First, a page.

Lyft followed Uber on Tuesday in ending forced arbitration agreements for employees, drivers, and passengers over sexual harassment and assault allegations, bowing to criticism that practice discouraged women from coming forward about sexual misconduct.
“The #metoo movement has brought to life important issues that must be addressed by society, and we’re committed to doing our part,” a Lyft spokeswoman said in a statement.
Companies often require employees to agree to arbitration instead of civil suits when bringing complaints against their employer. Critics complain that the practice favors corporations because it blocks any public airing of problems and tends to end in smaller settlements.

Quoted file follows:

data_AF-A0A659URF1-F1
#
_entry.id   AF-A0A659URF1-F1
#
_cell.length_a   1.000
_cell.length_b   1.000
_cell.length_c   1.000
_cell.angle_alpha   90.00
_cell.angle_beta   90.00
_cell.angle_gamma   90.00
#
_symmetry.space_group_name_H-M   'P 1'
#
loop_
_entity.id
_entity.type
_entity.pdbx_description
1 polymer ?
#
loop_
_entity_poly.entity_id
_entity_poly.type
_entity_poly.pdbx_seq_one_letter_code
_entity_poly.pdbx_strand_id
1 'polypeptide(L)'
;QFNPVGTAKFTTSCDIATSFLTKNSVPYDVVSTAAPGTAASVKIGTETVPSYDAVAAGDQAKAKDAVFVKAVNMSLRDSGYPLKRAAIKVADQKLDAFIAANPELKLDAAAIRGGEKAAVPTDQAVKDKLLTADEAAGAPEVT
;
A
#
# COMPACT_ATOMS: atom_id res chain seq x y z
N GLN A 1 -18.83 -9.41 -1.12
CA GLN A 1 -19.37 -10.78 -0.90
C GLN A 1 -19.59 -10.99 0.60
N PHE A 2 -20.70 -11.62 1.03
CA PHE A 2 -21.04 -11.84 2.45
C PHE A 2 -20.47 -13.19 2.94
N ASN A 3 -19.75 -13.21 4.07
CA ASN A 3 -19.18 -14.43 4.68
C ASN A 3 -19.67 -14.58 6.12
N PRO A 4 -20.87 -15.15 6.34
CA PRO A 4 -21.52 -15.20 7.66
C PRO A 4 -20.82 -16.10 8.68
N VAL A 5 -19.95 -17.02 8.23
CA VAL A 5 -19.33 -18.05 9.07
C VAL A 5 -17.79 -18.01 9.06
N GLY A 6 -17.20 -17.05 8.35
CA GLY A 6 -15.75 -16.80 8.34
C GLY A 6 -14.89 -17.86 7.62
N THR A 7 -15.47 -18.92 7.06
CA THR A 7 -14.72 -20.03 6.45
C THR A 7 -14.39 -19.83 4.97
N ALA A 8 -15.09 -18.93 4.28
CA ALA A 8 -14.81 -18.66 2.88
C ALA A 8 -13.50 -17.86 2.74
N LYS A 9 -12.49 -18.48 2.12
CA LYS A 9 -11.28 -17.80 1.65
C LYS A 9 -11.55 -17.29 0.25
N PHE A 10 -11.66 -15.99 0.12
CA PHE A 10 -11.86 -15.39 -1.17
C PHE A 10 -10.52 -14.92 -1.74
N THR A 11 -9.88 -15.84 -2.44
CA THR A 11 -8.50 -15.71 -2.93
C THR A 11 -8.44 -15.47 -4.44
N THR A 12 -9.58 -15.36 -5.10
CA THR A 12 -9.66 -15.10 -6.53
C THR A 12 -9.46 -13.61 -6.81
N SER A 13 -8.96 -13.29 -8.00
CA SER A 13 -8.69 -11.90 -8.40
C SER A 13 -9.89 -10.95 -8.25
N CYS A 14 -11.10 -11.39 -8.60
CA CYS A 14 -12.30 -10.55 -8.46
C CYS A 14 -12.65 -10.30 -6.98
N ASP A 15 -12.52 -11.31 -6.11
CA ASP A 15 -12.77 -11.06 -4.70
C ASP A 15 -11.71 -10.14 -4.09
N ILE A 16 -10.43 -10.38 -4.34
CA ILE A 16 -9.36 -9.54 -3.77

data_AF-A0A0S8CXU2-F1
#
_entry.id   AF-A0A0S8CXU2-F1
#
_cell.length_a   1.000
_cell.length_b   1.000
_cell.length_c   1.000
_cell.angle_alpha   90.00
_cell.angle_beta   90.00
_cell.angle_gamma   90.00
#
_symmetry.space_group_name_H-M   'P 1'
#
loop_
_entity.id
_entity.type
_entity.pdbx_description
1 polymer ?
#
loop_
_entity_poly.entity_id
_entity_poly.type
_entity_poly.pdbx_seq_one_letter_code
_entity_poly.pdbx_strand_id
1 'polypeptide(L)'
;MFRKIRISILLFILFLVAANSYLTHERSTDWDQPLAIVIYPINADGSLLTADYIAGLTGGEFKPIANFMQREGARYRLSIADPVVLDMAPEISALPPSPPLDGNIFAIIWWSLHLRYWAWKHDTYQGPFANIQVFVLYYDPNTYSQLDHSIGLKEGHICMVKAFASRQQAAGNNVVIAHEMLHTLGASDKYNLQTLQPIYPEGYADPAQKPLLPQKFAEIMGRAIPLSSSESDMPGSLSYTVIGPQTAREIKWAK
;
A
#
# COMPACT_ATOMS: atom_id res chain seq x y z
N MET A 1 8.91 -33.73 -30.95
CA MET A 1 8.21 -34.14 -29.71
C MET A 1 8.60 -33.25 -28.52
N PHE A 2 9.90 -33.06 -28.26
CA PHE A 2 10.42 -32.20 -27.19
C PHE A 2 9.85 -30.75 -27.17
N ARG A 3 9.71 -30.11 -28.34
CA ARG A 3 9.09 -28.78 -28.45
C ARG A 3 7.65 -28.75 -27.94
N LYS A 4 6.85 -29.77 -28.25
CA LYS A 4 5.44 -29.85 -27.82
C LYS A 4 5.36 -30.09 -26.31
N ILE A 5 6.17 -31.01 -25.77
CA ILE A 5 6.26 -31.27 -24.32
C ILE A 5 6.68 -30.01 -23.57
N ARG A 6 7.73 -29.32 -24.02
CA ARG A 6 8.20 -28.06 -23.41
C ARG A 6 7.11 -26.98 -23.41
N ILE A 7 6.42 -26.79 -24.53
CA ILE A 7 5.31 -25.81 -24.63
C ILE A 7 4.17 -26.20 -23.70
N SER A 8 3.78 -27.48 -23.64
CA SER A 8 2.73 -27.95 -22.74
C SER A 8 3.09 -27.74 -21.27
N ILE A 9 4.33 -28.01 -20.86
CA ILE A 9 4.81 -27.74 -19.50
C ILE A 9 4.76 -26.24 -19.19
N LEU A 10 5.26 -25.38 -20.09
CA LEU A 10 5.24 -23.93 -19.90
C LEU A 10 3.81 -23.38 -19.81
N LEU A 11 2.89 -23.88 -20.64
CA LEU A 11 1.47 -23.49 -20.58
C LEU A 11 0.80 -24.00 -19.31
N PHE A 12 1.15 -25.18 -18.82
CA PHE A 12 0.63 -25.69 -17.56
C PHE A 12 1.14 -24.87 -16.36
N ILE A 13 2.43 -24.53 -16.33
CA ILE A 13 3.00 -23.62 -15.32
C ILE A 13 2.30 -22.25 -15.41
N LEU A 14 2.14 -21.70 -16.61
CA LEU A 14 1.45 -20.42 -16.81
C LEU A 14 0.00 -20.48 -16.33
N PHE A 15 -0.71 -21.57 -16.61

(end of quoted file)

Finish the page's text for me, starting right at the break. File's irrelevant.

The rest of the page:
Uber says its decision to eliminate forced arbitration, announced hours before Lyft did on Tuesday, is part of a broader effort to enhance the safety of its service. However, an Uber spokesman added that arbitration isn’t necessarily bad.
“Arbitration is an appropriate form of dispute resolution that is often more beneficial for the parties than going to court,” the spokesman said. “However, the company decided in these personal and difficult set of claims the company wanted to give survivors the choice to seek redress in the venue of their choice, whether that’s mediation, arbitration, or open court.”